SEVEN Thai activists were sent to prison on Friday following their campaign against the junta-backed draft constitution which is due for a referendum process in August.
The imprisonment by a Thai court came after 13 people were arrested on Thursday for handing out leaflets calling on the public to vote against the charter, Reuters reported.
Kumklao Songsomboon of the Thai Lawyers for Human Rights group said six of the arrested were released while the remaining chose not to post bail.
“Six have been released but seven will be jailed,” he was quoted as saying.
The 13 activists were detained for defying a military order banning political gatherings of five or more people.
According to the United Nations Human Rights Office’s (OHCHR) regional office for Southeast Asia, eight of those arrested on June 23 – in the Bang Plee Industrial Area in Samut Prakarn Province, south of Bangkok – were students affiliated with the New Democracy Movement (NDM). The three others were labor rights activists.
“At the time of their arrest, they were distributing leaflets related to the upcoming referendum on the draft Constitution.”
The OHCHR said seven student activists were arrested at Kasetsart University in Bangkok On June 24. They were detained for allegedly holding an event related to the referendum.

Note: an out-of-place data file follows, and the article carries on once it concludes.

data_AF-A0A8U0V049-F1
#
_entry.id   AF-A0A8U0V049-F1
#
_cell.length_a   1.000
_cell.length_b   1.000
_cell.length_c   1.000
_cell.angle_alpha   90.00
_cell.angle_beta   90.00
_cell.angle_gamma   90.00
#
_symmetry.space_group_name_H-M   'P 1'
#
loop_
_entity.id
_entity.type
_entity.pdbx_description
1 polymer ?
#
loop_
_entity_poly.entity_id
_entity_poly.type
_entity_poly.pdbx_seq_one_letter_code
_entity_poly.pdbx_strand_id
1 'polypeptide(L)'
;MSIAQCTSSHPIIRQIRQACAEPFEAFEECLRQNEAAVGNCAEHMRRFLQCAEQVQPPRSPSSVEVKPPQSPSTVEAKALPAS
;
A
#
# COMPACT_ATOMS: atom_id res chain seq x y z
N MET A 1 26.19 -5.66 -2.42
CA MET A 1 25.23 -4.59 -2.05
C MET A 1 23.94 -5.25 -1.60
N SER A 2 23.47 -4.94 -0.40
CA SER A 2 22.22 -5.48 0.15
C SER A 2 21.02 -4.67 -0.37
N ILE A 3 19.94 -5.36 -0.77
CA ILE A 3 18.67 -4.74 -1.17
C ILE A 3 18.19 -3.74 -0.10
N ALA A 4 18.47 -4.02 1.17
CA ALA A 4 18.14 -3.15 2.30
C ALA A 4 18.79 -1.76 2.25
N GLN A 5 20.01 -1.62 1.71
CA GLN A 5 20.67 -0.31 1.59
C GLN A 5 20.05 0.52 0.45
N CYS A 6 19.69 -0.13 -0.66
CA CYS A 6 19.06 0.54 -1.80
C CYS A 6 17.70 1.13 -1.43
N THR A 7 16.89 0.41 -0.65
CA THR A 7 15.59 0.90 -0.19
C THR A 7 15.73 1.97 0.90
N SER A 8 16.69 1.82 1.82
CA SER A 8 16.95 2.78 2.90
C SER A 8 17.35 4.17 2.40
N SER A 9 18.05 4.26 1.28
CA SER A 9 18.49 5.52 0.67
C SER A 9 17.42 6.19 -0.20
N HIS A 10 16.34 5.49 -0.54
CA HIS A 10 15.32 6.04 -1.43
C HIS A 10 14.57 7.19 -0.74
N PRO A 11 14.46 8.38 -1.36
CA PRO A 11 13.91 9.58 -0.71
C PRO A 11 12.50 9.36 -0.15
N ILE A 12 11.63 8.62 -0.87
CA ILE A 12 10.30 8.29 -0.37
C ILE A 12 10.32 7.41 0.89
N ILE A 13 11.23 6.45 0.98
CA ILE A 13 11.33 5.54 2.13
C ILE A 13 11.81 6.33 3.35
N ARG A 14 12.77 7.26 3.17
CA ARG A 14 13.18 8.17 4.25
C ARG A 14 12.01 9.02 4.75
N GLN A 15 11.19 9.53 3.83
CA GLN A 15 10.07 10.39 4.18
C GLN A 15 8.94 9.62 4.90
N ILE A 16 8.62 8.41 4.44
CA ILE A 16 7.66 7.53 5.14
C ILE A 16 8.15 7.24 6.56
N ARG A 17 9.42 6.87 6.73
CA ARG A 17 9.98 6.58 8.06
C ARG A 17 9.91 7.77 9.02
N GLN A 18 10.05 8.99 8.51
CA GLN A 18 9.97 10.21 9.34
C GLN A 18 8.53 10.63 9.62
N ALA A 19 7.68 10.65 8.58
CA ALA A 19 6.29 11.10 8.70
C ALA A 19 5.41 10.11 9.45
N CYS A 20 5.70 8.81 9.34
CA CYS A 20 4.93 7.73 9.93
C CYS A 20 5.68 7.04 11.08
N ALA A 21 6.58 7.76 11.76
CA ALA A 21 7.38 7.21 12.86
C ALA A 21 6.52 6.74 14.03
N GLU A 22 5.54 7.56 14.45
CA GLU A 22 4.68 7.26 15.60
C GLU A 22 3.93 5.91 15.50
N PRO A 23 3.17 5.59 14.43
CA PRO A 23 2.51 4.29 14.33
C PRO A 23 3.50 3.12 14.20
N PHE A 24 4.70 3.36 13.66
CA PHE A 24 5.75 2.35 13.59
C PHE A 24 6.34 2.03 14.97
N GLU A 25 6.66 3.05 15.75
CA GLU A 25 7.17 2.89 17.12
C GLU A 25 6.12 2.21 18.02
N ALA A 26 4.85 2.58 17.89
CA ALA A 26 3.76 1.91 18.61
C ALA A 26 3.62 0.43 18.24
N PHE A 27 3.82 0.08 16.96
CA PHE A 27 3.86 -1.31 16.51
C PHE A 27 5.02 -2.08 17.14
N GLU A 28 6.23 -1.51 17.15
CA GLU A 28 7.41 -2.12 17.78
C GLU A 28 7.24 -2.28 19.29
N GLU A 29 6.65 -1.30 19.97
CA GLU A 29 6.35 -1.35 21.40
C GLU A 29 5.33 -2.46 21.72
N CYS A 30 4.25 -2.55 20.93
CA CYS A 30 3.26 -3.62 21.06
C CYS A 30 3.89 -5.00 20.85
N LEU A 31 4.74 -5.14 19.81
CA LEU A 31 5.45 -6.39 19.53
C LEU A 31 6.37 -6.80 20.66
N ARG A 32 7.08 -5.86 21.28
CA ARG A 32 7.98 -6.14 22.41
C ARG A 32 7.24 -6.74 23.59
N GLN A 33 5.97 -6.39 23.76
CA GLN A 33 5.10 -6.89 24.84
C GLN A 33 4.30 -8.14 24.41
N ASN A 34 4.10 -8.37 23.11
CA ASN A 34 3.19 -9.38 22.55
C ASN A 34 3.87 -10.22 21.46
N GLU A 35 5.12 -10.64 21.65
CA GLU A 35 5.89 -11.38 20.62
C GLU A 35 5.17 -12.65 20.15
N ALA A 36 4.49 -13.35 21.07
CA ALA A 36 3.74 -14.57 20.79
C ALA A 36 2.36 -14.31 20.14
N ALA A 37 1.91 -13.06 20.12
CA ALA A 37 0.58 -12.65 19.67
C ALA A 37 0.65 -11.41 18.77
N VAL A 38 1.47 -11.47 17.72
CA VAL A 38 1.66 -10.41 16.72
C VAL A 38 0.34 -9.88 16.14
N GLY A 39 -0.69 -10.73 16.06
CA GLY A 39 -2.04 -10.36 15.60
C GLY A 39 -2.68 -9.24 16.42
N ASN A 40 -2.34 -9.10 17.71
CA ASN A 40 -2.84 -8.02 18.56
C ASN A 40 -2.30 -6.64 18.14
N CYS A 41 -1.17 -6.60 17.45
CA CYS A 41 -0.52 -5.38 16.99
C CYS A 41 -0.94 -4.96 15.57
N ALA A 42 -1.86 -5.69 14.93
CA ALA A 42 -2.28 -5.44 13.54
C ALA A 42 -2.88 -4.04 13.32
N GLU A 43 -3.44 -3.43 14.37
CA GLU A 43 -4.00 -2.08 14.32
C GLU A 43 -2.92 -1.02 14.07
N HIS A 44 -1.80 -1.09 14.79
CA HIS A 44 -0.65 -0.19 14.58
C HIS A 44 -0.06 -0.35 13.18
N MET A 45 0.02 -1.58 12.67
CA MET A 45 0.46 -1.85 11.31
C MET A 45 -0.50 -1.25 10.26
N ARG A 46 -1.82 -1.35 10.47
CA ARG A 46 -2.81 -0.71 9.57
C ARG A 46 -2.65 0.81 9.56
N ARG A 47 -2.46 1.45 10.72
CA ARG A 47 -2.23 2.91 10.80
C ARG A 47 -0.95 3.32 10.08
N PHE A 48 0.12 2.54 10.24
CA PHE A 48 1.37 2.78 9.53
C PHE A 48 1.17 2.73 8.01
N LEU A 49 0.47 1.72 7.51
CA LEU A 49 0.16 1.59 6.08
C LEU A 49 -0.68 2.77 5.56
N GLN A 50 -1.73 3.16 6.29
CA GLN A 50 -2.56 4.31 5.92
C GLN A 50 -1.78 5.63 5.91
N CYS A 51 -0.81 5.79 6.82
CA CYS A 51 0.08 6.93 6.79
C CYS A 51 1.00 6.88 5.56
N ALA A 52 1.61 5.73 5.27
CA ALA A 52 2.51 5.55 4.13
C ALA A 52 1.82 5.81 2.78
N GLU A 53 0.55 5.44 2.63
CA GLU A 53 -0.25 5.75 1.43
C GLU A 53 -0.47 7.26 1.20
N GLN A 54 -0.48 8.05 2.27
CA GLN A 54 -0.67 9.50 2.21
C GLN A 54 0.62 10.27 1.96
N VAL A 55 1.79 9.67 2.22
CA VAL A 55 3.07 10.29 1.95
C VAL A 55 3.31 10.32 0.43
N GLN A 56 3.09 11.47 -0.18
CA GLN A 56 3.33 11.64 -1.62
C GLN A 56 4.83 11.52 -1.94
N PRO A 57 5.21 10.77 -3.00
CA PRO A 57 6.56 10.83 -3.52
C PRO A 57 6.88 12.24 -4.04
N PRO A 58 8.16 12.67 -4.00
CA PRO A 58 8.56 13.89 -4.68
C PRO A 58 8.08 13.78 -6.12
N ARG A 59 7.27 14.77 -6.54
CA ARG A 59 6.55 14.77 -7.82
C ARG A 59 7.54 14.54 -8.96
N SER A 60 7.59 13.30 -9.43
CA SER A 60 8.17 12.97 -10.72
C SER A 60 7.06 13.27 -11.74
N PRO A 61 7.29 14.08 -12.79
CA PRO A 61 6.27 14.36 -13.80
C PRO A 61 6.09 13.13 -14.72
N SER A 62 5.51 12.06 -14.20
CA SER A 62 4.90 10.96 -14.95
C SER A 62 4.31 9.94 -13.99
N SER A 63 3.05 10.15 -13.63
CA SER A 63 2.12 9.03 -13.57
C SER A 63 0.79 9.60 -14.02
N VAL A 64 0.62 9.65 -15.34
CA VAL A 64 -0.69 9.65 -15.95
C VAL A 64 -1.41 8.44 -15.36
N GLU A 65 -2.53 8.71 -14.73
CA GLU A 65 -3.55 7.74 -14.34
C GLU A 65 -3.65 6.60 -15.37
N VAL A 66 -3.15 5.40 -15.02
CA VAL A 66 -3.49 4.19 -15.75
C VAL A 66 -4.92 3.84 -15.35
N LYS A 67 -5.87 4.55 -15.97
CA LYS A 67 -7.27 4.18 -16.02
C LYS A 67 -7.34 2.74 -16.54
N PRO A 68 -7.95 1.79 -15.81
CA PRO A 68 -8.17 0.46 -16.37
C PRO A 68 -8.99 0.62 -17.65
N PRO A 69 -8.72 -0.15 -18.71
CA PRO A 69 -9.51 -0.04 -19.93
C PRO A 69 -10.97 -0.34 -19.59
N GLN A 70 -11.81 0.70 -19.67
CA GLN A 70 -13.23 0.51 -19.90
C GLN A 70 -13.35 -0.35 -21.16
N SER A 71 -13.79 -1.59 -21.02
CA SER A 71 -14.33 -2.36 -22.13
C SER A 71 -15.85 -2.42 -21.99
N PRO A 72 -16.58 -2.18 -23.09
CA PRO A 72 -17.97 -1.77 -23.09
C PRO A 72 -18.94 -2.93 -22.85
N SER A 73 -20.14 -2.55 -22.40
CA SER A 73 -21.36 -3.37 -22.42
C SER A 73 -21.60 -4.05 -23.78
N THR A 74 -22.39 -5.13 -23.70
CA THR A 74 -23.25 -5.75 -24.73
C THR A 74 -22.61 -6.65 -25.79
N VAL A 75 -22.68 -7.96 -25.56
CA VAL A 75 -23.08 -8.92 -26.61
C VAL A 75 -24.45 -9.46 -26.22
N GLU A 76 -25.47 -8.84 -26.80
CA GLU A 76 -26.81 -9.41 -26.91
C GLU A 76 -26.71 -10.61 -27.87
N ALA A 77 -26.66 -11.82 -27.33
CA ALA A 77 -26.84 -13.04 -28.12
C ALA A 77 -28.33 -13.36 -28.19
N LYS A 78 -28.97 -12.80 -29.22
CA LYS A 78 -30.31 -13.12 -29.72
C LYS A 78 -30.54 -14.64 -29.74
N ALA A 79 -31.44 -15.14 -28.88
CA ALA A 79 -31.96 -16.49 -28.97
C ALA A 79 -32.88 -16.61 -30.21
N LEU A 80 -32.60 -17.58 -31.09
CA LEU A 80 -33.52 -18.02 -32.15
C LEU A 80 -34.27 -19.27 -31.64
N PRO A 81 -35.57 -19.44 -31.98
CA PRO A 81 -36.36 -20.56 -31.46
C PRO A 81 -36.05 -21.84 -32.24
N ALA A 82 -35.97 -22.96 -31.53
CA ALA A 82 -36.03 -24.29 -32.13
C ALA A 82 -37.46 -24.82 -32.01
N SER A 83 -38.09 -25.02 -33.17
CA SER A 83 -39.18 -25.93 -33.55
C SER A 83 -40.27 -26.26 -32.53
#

“Under the Referendum Act, campaigning for or against the draft Constitution is forbidden,” it said in a statement.
UN Human Rights Chief Zeid Ra’ad Al Hussein earlier this month repeated his calls for a “free, fair and dynamic public debate on the draft constitution”.
Zeid said the Thai public had a right to discuss – and to criticize – decisions about their country.
The OHCHR office said the disproportionate use of force used in conducting the arrests on June 23 and 24 was a cause for concern.
“In one case security officials dragged an NDM activist by his neck,” it said. “Our Office urges the authorities to immediately release without charge those being held in relation to the two incidents.”